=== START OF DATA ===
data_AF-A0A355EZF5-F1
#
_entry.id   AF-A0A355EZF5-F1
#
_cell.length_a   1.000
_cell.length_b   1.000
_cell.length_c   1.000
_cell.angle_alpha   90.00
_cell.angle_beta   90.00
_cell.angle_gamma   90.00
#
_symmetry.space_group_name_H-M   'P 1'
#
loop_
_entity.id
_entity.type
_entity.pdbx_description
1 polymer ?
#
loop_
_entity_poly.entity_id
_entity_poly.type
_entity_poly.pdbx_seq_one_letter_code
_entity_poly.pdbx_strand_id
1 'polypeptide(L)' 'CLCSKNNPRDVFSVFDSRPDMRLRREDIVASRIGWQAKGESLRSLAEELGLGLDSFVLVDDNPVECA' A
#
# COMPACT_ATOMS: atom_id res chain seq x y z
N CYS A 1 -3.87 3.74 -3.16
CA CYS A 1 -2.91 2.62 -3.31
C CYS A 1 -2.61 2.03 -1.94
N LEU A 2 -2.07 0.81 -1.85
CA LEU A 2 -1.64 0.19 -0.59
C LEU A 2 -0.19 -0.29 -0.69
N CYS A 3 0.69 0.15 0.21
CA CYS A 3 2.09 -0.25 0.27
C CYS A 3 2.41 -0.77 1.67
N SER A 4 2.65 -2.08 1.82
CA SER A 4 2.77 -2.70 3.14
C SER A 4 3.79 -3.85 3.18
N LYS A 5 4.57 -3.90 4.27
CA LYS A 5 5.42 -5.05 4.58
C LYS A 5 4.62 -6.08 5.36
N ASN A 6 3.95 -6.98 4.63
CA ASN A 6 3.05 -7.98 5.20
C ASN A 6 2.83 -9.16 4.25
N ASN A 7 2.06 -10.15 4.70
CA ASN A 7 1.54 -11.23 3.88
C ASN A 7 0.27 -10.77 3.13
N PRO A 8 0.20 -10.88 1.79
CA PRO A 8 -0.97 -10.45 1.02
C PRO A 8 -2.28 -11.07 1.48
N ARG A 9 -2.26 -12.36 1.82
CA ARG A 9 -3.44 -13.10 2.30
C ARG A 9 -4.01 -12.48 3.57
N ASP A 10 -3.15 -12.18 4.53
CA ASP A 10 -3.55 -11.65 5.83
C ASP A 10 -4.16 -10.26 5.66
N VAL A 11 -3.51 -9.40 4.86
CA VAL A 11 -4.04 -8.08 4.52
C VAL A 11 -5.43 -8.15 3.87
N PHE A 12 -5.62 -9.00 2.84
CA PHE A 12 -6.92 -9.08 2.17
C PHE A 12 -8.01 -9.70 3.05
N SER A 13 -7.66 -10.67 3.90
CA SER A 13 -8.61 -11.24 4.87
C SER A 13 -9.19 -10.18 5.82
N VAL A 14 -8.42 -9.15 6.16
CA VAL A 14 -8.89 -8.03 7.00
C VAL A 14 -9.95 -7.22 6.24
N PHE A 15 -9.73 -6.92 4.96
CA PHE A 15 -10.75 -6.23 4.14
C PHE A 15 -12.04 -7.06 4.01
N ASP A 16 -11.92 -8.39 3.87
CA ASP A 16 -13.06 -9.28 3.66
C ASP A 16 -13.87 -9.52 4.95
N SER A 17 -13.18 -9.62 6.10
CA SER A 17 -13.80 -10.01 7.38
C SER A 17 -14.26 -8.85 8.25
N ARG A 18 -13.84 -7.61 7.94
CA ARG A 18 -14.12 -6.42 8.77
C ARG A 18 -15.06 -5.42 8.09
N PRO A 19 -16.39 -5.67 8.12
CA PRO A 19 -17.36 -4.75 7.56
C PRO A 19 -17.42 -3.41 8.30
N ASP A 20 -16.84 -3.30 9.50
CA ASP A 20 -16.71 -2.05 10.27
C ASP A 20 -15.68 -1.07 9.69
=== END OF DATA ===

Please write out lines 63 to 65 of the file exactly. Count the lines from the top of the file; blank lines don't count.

C PHE A 12 -8.01 -9.70 3.05
N SER A 13 -7.66 -10.67 3.90
CA SER A 13 -8.61 -11.24 4.87